Oxfam: the International Finance Corporation and tax havens – new report

Monday 11th April

Oxfam has launched a new briefing on the IFC and tax havens.

This briefing will also be presented and discussed at our event at the World Bank CSO forum on Friday 15th of April at 11 am-12.30 in Washington DC.

xThe key findings of the report include:

  • 68 companies were lent money by the World Bank’s private lending arm (IFC) in 2015, to finance investments in sub-Saharan Africa. 51 of these 68 companies use tax havens with no apparent link to their core business;
  • Together, these companies received 84% of the IFC’s investments in sub-Saharan Africa last year;
  • In 2015, the IFC portfolio for SSA was 68 projects of a total value of US$3422 million of which US$2878 million were associated with tax havens through IFC clients – a significant increase in the use of tax havens since 2010 (see chart);
  • Oxfam calls on the World Bank Group to put in place safeguards to ensure that its clients can prove they are paying their fair share of tax.

Inequality is rising around the world. Fighting inequality must be an integrated priority for everyone in development, to promote and achieve sustainable development.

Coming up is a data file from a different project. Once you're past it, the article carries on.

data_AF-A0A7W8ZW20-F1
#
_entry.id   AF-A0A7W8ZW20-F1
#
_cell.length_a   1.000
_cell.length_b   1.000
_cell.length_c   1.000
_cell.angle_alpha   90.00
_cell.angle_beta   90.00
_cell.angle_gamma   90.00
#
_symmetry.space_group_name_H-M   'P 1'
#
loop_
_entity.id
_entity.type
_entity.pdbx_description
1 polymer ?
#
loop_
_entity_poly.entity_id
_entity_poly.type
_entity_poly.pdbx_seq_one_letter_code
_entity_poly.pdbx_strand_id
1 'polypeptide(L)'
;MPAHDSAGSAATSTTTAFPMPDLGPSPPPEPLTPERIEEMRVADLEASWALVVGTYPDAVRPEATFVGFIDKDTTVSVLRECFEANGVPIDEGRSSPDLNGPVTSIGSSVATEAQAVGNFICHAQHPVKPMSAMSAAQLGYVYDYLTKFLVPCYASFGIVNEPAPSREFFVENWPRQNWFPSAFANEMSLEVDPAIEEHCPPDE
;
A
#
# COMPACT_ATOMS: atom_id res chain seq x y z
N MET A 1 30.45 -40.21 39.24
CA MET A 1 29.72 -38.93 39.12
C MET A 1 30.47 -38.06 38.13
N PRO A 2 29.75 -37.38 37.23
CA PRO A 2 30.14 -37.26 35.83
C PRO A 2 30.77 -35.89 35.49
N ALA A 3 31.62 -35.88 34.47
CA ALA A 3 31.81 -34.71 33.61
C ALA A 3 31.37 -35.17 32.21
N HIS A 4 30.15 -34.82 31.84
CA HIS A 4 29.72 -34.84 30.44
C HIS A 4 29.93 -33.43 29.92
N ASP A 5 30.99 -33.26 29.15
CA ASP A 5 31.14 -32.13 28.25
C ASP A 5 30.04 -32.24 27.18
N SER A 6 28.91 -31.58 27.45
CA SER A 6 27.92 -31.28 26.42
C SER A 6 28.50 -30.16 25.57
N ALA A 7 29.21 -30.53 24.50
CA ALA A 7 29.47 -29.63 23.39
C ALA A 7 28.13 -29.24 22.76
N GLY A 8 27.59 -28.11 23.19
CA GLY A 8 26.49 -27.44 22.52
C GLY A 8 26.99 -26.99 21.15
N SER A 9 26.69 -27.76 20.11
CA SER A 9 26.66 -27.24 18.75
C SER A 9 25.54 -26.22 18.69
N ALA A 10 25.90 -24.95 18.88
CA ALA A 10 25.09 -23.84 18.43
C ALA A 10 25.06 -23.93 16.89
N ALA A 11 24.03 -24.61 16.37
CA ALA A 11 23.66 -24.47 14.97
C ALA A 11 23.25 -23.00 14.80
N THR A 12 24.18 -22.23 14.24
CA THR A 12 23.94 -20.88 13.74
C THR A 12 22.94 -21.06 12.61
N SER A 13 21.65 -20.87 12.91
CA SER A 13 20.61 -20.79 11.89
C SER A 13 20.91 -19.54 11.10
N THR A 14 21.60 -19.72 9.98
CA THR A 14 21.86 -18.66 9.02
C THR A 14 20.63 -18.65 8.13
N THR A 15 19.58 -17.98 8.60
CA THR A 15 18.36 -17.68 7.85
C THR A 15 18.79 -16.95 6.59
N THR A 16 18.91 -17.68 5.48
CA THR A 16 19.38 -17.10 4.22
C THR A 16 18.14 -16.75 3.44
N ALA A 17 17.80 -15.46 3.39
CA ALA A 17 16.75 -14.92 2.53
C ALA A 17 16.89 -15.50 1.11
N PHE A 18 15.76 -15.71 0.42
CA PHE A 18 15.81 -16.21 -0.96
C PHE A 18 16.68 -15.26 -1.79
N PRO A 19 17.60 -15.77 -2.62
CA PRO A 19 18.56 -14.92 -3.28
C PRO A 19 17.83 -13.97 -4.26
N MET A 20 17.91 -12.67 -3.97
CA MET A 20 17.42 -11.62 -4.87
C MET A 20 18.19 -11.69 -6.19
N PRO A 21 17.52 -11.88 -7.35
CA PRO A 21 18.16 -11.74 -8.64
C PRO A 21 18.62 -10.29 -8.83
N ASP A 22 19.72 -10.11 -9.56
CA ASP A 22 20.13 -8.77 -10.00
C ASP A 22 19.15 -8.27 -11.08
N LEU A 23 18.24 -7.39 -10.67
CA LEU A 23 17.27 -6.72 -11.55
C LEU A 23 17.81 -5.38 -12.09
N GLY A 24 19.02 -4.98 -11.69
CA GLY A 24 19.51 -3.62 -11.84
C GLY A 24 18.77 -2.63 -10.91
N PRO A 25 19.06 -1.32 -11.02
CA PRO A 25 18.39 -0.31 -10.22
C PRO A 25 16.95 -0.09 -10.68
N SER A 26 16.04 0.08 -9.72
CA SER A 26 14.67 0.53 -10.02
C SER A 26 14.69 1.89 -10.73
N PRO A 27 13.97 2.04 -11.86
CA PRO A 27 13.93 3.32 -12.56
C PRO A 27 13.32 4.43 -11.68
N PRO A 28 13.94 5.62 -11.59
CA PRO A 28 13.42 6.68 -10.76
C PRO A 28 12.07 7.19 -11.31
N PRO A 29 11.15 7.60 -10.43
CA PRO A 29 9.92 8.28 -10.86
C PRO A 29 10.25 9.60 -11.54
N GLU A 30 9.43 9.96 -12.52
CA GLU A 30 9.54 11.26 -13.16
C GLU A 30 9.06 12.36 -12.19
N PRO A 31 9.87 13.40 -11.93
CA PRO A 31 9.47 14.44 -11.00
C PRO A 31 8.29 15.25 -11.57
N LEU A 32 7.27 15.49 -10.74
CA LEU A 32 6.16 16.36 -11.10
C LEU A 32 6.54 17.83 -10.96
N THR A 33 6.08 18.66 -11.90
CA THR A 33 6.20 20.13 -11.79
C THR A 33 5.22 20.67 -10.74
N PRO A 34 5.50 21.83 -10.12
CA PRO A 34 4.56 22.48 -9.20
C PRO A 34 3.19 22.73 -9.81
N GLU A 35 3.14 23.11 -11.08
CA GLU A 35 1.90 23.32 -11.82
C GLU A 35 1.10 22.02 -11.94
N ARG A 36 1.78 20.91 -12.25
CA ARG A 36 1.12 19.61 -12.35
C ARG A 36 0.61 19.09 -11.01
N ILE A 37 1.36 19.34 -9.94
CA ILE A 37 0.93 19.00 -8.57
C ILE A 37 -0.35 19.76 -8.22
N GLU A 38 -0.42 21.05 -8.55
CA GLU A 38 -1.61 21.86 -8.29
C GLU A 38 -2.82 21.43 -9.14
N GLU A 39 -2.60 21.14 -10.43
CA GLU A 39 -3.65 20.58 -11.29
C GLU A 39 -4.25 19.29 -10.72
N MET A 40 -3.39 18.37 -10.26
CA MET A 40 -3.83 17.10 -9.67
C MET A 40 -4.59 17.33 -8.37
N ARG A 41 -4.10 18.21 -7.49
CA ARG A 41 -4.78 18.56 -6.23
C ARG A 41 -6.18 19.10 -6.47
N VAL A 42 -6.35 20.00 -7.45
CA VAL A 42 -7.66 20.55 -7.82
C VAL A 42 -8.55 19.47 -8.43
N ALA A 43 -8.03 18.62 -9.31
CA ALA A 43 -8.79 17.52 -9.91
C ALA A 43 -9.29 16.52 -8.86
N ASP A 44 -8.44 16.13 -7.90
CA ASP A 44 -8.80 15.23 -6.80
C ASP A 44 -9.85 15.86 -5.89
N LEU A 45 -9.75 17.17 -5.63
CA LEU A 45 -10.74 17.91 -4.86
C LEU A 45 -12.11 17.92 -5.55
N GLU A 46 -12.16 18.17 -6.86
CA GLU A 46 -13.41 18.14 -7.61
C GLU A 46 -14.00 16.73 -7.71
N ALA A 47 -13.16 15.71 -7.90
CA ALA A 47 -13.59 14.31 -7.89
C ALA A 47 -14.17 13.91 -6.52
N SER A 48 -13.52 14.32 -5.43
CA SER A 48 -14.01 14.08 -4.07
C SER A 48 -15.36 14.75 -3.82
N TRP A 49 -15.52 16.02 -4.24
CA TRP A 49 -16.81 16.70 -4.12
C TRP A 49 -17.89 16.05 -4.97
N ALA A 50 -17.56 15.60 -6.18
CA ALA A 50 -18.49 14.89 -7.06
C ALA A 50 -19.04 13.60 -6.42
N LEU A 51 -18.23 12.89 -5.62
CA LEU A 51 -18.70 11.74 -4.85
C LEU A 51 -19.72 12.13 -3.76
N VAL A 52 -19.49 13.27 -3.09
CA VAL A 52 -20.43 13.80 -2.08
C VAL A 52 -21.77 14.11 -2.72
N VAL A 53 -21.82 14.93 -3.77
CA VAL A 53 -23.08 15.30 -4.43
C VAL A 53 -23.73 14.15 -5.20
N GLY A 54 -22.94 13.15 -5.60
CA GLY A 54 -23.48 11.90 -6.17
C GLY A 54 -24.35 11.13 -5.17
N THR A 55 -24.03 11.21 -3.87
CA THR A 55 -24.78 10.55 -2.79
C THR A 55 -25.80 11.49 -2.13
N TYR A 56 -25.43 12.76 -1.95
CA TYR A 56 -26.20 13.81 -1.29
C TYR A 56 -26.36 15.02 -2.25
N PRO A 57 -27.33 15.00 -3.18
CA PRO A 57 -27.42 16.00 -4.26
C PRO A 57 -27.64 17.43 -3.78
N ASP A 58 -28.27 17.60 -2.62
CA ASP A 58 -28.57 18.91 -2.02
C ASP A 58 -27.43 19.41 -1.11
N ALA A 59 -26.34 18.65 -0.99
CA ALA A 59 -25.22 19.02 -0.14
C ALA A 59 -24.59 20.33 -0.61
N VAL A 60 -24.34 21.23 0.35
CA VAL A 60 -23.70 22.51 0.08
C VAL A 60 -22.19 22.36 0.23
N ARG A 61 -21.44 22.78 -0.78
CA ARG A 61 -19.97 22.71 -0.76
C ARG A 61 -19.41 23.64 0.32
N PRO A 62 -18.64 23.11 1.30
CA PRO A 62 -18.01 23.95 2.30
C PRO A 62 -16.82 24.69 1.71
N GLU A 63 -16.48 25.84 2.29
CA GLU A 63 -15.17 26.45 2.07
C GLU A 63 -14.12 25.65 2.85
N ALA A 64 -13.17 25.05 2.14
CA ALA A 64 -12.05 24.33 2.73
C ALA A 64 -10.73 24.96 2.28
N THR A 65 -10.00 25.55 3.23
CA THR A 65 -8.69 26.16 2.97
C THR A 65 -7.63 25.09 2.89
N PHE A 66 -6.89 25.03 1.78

As the World Bank and IMF prepare for their Spring Meeting in Washington 13–15 April, and in the wake of the Panama Papers scandal which reveals how powerful individuals and companies are using tax havens to hide wealth and dodge taxes, Oxfam is calling on the World Bank Group to put safeguards in place to ensure that its clients can prove they are paying their fair share of tax.

Read Oxfam’s report here

 


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3 thoughts on “Oxfam: the International Finance Corporation and tax havens – new report

  1. Saxon Blond says:

    What do you think Tax advisers do all day?

    Like transfer-pricing, they will simply break companies down into component parts below $1bn.

    They will always obey the law, just use their very expensive brains to out-wit it.

    (I used to work for EY)

    Pandorora

  2. Katja says:

    I read that Oxfam itself has a very elaborate offshore structure set up to mitigate taxes (or should I say avoid?)
    http://www.iea.org.uk/blog/oxfam-on-tax-avoidance-do-as-i-say-not-as-i-do?j=1733032&e=katja.daborn@nerine.com.hk&l=346_HTML&u=28141344&mid=1062735&jb=0
    Are they really qualified to give talks on this in this case?

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